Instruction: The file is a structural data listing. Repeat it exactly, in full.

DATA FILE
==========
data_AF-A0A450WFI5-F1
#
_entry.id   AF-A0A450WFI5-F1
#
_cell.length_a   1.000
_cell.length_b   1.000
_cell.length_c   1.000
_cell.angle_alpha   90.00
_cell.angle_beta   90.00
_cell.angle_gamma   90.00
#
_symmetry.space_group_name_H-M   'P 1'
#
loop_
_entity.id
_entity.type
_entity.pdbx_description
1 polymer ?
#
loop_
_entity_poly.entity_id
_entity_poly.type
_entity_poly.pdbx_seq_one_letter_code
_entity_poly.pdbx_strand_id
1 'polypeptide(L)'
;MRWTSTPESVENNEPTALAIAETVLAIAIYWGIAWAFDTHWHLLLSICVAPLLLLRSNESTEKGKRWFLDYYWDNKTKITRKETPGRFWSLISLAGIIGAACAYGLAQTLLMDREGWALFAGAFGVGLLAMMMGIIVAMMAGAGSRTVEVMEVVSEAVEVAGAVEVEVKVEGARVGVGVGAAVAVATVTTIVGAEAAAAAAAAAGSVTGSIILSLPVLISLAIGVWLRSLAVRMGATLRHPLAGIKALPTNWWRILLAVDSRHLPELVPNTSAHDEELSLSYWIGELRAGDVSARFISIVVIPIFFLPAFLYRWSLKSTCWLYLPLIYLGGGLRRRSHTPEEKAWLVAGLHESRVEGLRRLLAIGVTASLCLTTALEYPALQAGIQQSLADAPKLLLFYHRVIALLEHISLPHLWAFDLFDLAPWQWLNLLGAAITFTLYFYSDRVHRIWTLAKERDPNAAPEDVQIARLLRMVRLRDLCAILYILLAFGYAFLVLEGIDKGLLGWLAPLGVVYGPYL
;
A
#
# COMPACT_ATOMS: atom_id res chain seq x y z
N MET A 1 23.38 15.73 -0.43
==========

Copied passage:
data_AF-A0A450WFI5-F1
#
_entry.id   AF-A0A450WFI5-F1
#
_cell.length_a   1.000
_cell.length_b   1.000
_cell.length_c   1.000
_cell.angle_alpha   90.00
_cell.angle_beta   90.00
_cell.angle_gamma   90.00
#
_symmetry.space_group_name_H-M   'P 1'
#
loop_
_entity.id
_entity.type
_entity.pdbx_description
1 polymer ?
#
loop_
_entity_poly.entity_id
_entity_poly.type
_entity_poly.pdbx_seq_one_letter_code
_entity_poly.pdbx_strand_id
1 'polypeptide(L)'
;MRWTSTPESVENNEPTALAIAETVLAIAIYWGIAWAFDTHWHLLLSICVAPLLLLRSNESTEKGKRWFLDYYWDNKTKITRKETPGRFWSLISLAGIIGAACAYGLAQTLLMDREGWALFAGAFGVGLLAMMMGIIVAMMAGAGSRTVEVMEVVSEAVEVAGAVEVEVKVEGARVGVGVGAAVAVATVTTIVGAEAAAAAAAAAGSVTGSIILSLPVLISLAIGVWLRSLAVRMGATLRHPLAGIKALPTNWWRILLAVDSRHLPELVPNTSAHDEELSLSYWIGELRAGDVSARFISIVVIPIFFLPAFLYRWSLKSTCWLYLPLIYLGGGLRRRSHTPEEKAWLVAGLHESRVEGLRRLLAIGVTASLCLTTALEYPALQAGIQQSLADAPKLLLFYHRVIALLEHISLPHLWAFDLFDLAPWQWLNLLGAAITFTLYFYSDRVHRIWTLAKERDPNAAPEDVQIARLLRMVRLRDLCAILYILLAFGYAFLVLEGIDKGLLGWLAPLGVVYGPYL
;
A
#
# COMPACT_ATOMS: atom_id res chain seq x y z
N MET A 1 23.38 15.73 -0.43